June 12, 2016

Homily for the 11th Sunday in Ordinary Time, June 12, 2016, Year C

Christ in the House of Simon the Pharisee
Christ in the House of Simon the Pharisee, Philippe de Champaigne, c.1656.

Fr. Charles Irvin
Senior Priest
Diocese of Lansing

(Click here for today’s readings)

A favorite technique I use to discern what God is telling us in Sacred Scripture is to give attention to the themes found in the Bible. The one that strikes me today is that of Endings and Beginnings. Springtime is a time of endings and beginnings. Graduations, weddings, anniversaries, and so forth are upon us during this time of the year. As in nature and so also in the Bible things are ending and other things are beginning.

Baptism is one such event. Getting married is another. Certainly graduation is a celebration of ending and beginning. When a son or daughter marries mom and dad have to let go of their child. When a son or daughter graduates there is a letting go that involves the parental loss of their school community, the families of classmates, along with the diminished presence of their now grown up son or daughter.

There is another ending and beginning hidden in today’s scripture readings. At first these readings appear to be all about forgiveness and in fact they are. But hidden within them is the reality of letting go of sin and the beginning of a new life free of sin. With forgiveness I can let go of what causes me to sin. The power of God’s forgiveness allows me to be freed from my past and likewise gives me the freedom to be what He wants me to be and to be the person I really want to be. Forgiveness is both and ending and a new beginning.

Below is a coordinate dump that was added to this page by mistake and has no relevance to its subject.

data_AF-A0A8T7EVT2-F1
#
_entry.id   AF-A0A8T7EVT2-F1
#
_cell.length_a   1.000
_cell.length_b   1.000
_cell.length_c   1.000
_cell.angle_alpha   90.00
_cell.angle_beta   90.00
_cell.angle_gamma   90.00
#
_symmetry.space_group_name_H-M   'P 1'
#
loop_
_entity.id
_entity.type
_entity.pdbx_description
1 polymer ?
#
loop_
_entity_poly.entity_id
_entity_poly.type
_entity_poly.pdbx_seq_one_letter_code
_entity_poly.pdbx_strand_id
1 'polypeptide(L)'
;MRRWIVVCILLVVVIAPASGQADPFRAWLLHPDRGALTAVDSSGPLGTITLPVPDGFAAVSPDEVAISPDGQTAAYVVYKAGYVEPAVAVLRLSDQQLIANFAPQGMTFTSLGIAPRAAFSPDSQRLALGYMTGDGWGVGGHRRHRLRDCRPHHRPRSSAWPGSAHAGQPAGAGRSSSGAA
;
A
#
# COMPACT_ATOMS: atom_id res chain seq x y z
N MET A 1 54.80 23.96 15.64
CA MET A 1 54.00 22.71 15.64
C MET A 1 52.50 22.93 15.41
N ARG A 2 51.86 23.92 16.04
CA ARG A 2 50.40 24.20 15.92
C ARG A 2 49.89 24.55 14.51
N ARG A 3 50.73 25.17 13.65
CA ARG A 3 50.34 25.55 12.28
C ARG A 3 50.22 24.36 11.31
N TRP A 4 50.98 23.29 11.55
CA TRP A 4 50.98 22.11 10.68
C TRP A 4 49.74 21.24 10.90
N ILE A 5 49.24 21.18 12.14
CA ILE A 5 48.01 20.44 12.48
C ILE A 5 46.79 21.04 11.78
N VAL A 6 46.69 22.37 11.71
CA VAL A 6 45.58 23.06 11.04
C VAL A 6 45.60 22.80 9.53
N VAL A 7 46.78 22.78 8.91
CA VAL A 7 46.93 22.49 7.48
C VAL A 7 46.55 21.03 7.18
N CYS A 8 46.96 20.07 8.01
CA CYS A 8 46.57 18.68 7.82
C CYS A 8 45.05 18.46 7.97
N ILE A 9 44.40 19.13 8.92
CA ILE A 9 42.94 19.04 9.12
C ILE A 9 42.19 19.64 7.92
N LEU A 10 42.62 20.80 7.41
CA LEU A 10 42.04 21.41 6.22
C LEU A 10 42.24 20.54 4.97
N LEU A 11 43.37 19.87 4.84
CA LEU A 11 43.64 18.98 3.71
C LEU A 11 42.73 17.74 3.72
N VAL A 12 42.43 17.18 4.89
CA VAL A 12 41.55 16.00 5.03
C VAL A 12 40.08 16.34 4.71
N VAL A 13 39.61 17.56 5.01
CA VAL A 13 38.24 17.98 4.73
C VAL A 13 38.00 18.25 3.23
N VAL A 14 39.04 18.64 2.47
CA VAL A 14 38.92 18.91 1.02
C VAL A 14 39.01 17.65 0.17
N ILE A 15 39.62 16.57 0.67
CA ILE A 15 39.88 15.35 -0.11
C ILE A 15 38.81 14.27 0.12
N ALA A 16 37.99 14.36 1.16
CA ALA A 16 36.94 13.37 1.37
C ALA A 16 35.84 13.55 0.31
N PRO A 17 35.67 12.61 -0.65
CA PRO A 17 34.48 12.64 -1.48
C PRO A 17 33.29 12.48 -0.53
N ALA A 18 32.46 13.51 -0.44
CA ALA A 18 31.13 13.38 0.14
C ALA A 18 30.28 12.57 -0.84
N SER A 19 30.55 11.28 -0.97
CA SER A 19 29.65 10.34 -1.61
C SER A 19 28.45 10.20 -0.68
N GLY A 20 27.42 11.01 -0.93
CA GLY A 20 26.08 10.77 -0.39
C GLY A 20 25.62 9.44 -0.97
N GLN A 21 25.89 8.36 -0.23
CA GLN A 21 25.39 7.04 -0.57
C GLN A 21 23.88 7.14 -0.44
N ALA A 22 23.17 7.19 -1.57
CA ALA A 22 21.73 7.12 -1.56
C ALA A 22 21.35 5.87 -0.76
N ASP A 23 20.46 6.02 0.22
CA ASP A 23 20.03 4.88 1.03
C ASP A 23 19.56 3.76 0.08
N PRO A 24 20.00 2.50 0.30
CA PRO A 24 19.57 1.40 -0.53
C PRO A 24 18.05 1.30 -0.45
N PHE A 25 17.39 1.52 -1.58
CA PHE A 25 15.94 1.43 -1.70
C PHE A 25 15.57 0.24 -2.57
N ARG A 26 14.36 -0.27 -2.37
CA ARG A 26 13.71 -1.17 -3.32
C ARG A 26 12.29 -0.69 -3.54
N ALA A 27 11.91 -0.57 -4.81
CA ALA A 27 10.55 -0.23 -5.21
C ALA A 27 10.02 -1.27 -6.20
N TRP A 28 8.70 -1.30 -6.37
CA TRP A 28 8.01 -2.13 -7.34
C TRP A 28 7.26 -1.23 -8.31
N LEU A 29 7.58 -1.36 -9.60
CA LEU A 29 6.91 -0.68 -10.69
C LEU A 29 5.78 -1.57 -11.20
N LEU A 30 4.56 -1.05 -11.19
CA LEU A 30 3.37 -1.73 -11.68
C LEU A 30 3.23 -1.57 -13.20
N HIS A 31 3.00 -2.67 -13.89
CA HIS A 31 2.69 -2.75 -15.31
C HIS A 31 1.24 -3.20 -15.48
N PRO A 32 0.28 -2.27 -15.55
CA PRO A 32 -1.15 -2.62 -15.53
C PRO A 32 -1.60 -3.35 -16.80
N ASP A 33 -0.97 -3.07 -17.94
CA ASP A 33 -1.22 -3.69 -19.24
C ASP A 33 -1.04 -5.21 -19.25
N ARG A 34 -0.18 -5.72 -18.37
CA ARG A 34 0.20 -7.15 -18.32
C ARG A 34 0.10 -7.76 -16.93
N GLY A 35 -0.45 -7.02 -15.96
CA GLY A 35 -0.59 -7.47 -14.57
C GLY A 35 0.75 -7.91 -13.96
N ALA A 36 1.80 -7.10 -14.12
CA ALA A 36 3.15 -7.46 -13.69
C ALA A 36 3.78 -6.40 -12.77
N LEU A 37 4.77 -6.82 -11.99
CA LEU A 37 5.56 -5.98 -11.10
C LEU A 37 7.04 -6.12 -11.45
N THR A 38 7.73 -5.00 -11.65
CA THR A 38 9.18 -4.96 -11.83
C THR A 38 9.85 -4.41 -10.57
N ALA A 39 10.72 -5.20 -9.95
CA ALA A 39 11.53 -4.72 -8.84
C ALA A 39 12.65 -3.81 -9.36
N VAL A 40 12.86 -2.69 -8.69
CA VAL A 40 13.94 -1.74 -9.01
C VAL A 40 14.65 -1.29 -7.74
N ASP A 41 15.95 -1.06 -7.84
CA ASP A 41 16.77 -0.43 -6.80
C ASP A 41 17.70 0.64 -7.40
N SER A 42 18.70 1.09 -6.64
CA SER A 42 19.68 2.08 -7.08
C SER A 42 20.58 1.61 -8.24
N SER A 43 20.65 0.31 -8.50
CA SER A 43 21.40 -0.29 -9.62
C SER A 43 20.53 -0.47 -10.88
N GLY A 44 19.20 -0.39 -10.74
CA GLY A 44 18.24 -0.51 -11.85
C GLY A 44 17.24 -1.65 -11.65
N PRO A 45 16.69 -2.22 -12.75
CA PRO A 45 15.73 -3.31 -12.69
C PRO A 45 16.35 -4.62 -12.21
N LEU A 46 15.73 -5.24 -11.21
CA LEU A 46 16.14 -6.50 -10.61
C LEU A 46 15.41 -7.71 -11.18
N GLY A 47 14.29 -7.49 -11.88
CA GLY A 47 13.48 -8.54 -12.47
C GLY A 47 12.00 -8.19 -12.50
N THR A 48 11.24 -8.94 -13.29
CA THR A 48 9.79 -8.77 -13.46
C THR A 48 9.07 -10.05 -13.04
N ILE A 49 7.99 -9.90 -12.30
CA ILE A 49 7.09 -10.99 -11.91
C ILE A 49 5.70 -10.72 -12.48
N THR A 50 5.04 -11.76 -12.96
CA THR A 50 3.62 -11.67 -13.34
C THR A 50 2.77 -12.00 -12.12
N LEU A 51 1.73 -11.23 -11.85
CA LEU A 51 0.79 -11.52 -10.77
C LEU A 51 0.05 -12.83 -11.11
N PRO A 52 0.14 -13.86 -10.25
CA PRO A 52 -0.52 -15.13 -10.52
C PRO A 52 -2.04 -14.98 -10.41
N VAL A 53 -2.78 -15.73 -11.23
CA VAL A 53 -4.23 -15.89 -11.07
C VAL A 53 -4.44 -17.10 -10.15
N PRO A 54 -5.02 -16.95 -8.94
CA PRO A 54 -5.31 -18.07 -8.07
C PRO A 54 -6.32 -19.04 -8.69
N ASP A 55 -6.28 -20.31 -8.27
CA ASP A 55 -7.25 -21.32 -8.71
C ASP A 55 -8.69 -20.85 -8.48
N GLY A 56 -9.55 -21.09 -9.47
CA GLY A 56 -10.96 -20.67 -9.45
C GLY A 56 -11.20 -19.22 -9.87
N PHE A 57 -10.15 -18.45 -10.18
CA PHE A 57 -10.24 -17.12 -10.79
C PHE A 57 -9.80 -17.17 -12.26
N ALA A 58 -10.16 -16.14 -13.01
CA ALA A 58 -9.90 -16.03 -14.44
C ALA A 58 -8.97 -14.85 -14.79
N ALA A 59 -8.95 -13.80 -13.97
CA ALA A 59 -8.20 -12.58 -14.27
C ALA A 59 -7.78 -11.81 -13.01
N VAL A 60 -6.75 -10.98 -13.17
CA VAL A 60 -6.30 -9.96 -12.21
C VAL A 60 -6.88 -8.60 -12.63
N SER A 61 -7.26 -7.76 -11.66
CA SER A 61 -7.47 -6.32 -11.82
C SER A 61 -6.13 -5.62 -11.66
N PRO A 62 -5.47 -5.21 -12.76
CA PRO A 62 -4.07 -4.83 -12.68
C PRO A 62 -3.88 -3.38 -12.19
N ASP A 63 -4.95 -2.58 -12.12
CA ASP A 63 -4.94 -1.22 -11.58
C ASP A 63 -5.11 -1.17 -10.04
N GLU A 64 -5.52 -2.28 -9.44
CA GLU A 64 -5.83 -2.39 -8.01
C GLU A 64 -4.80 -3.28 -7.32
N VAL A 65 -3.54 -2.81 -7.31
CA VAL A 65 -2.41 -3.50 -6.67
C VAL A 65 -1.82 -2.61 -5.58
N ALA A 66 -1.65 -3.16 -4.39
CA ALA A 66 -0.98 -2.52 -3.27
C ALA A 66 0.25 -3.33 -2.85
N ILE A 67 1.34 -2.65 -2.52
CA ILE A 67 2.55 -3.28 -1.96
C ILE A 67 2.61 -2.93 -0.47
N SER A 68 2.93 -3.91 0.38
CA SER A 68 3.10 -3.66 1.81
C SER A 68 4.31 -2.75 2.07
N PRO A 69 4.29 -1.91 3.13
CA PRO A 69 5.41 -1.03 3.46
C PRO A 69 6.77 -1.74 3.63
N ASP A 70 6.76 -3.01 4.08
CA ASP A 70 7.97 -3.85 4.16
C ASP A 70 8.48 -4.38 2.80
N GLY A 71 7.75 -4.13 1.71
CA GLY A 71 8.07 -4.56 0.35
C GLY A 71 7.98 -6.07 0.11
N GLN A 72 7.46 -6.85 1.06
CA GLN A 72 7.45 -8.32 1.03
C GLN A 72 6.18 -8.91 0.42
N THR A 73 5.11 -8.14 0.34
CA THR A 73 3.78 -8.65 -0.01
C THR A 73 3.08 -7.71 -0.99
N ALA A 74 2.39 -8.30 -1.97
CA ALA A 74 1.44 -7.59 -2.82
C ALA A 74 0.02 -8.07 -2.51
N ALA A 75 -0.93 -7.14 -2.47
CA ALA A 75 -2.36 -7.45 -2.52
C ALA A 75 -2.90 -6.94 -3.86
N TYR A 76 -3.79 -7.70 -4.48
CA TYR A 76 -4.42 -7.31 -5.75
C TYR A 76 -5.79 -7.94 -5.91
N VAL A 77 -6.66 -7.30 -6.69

I want now is to give special attention to the Responsorial Psalm in today’s liturgy. The words are taken from Psalm 32, words in which the psalmist cries out to God for forgiveness. In doing so he is asking God to put the past behind and lead him into a new beginning, a new beginning in sinlessness. “Lord,” he cries out, “forgive the wrong I have done and I will sing glad songs of freedom.
Blessed is the one whose fault is taken away,
whose sin is covered.
Blessed the man to whom the Lord imputes not guilt,
in whose spirit there is no guile.
I acknowledged my sin to you,
my guilt I covered not.
I said, “I confess my faults to the Lord,”
and you took away the guilt of my sin.
You are my shelter; from distress you will preserve me;
with glad cries of freedom you will ring me round.
Be glad in the Lord and rejoice, you just;
exult, all you upright of heart.
R. Lord, forgive the wrong I have done.
In the first reading we learn of King David’s terrible sin. It was a heinous sin in which David arranges the death of Uriah, one of his loyal military officers, in order that David might cover up his committing adultery with Uriah’s wife, Bathsheba. David deserved the worst of punishments but when God’s prophet, Nathan, confronts him, David repents. Accepting God’s mercy and acting in the power of God’s forgiveness David goes on to become one of the greatest figures in Jewish history and their greatest king, known now throughout history as King David. Certainly David’s new beginning was a new life. This should cause us to ask: “What sin can bar us from God’s love if we repent and ask for forgiveness as David did?”